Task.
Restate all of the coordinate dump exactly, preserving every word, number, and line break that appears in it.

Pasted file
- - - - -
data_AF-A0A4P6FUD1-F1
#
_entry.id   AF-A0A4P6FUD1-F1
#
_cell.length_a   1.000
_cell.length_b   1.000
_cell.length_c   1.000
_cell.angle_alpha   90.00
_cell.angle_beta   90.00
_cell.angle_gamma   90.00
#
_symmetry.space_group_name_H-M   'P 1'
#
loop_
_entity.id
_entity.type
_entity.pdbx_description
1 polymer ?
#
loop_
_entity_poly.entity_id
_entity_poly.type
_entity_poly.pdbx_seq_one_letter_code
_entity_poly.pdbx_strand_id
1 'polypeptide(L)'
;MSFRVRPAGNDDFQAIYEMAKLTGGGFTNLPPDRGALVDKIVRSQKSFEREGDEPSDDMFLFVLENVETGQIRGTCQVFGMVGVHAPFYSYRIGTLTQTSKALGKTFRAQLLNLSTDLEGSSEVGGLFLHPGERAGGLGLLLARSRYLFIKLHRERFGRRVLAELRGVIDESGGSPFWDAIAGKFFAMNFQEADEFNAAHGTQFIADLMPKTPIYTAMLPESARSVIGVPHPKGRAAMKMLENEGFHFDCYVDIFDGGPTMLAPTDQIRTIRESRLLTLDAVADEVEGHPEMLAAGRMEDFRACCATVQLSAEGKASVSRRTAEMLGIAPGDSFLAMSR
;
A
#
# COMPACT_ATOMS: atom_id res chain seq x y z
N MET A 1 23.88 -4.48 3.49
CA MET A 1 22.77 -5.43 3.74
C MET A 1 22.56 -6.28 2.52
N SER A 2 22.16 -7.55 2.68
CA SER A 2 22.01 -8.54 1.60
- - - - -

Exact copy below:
data_AF-A0A4P6FUD1-F1
#
_entry.id   AF-A0A4P6FUD1-F1
#
_cell.length_a   1.000
_cell.length_b   1.000
_cell.length_c   1.000
_cell.angle_alpha   90.00
_cell.angle_beta   90.00
_cell.angle_gamma   90.00
#
_symmetry.space_group_name_H-M   'P 1'
#
loop_
_entity.id
_entity.type
_entity.pdbx_description
1 polymer ?
#
loop_
_entity_poly.entity_id
_entity_poly.type
_entity_poly.pdbx_seq_one_letter_code
_entity_poly.pdbx_strand_id
1 'polypeptide(L)'
;MSFRVRPAGNDDFQAIYEMAKLTGGGFTNLPPDRGALVDKIVRSQKSFEREGDEPSDDMFLFVLENVETGQIRGTCQVFGMVGVHAPFYSYRIGTLTQTSKALGKTFRAQLLNLSTDLEGSSEVGGLFLHPGERAGGLGLLLARSRYLFIKLHRERFGRRVLAELRGVIDESGGSPFWDAIAGKFFAMNFQEADEFNAAHGTQFIADLMPKTPIYTAMLPESARSVIGVPHPKGRAAMKMLENEGFHFDCYVDIFDGGPTMLAPTDQIRTIRESRLLTLDAVADEVEGHPEMLAAGRMEDFRACCATVQLSAEGKASVSRRTAEMLGIAPGDSFLAMSR
;
A
#
# COMPACT_ATOMS: atom_id res chain seq x y z
N MET A 1 23.88 -4.48 3.49
CA MET A 1 22.77 -5.43 3.74
C MET A 1 22.56 -6.28 2.52
N SER A 2 22.16 -7.55 2.68
CA SER A 2 22.01 -8.54 1.60